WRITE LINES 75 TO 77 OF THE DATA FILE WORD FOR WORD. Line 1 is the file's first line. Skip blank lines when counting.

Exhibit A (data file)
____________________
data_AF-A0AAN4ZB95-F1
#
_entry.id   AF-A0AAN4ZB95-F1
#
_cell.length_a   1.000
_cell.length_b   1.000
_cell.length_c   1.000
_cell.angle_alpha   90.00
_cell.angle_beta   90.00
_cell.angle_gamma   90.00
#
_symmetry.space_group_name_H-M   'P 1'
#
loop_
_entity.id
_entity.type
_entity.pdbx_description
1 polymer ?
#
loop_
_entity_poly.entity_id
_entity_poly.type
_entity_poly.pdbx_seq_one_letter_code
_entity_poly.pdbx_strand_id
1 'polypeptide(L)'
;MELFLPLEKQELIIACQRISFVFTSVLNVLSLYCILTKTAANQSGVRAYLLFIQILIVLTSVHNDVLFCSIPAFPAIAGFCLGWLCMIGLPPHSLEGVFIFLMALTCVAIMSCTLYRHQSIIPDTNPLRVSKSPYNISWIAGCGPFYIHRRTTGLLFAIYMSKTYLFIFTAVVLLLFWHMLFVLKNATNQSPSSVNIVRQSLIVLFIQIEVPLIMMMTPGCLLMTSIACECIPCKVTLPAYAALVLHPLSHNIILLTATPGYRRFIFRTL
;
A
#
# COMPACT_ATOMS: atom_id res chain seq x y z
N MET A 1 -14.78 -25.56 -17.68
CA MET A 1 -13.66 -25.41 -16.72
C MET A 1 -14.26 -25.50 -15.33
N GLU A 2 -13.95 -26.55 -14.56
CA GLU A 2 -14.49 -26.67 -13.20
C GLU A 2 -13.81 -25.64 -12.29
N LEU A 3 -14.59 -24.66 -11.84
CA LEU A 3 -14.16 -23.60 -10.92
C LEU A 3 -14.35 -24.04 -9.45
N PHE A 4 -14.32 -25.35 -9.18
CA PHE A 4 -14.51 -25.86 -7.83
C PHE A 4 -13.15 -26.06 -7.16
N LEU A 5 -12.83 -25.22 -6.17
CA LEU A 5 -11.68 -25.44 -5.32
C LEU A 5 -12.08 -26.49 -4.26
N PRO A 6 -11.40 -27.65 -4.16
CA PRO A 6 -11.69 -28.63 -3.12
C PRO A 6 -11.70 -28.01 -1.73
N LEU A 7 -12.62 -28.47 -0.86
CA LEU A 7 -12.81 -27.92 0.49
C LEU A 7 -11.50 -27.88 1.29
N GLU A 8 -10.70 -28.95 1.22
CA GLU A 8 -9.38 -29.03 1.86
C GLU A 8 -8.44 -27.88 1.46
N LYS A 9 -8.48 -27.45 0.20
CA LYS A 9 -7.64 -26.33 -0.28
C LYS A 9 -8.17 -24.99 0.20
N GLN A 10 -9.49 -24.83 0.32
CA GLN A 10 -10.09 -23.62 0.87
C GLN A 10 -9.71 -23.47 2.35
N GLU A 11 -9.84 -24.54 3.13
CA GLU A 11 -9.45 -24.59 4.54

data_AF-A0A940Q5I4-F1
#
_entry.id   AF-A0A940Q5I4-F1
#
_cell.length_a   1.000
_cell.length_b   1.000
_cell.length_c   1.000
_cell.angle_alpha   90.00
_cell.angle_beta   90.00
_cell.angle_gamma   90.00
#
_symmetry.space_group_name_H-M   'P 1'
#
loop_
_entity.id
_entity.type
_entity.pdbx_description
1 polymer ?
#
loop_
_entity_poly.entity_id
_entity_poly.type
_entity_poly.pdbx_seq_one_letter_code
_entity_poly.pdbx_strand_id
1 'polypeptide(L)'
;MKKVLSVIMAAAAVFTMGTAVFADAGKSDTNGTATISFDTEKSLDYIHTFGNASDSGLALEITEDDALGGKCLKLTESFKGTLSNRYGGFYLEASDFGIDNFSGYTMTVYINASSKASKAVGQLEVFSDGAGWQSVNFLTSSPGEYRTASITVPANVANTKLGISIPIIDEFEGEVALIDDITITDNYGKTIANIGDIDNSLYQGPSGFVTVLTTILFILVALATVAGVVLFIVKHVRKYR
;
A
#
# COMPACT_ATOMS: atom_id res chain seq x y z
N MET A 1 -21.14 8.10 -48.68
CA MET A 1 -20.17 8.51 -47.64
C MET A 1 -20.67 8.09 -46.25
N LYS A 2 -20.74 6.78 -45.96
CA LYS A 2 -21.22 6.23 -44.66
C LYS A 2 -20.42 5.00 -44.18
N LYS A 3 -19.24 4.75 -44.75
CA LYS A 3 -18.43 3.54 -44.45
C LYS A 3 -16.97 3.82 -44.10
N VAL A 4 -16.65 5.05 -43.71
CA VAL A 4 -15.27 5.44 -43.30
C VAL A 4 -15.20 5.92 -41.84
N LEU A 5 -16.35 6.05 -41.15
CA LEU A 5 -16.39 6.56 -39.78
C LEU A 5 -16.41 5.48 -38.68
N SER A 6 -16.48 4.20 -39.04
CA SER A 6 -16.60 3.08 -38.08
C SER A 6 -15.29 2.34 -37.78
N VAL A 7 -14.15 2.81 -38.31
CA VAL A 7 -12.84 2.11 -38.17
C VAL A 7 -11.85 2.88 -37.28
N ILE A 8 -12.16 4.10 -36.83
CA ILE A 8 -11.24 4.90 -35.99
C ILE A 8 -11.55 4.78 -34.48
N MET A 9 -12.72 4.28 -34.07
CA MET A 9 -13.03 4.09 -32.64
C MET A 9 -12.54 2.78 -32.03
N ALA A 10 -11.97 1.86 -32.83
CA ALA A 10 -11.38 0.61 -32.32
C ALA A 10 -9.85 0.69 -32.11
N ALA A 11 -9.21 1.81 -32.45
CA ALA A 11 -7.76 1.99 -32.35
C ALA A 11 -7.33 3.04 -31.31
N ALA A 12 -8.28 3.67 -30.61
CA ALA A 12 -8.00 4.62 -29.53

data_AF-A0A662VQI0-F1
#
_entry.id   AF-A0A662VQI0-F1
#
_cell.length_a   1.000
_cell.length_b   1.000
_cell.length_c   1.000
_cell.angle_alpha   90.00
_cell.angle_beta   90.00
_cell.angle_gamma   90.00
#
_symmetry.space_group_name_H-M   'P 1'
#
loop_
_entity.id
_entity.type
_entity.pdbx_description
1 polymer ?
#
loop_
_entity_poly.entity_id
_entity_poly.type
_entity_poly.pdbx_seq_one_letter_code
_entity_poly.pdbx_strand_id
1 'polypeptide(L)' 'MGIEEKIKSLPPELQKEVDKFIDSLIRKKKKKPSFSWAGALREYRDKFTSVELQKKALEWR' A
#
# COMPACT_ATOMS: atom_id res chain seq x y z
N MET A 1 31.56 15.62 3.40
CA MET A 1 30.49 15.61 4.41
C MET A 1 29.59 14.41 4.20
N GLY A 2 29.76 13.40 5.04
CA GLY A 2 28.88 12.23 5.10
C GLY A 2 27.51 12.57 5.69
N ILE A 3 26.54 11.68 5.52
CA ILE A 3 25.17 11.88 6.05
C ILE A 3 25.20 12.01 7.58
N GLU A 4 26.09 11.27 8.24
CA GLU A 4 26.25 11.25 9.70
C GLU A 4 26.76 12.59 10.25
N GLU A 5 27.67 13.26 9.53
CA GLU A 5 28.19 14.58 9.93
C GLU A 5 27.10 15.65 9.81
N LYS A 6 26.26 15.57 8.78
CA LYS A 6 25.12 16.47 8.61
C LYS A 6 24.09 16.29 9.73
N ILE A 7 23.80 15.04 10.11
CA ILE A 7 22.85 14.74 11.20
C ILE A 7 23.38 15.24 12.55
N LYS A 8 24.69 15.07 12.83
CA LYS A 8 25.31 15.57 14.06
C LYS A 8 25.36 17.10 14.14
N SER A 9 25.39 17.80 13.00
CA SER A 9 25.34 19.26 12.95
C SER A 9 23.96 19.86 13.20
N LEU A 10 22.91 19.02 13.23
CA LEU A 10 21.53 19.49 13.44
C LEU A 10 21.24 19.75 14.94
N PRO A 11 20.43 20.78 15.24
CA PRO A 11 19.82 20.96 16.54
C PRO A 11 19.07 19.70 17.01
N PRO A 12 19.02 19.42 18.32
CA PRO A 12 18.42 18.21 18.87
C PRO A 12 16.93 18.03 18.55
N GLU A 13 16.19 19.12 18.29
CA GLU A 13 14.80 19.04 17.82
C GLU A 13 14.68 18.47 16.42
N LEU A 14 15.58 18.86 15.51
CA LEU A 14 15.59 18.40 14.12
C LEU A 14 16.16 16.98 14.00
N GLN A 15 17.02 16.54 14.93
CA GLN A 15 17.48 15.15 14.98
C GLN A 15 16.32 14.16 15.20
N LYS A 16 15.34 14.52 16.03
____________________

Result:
#
loop_
_entity.id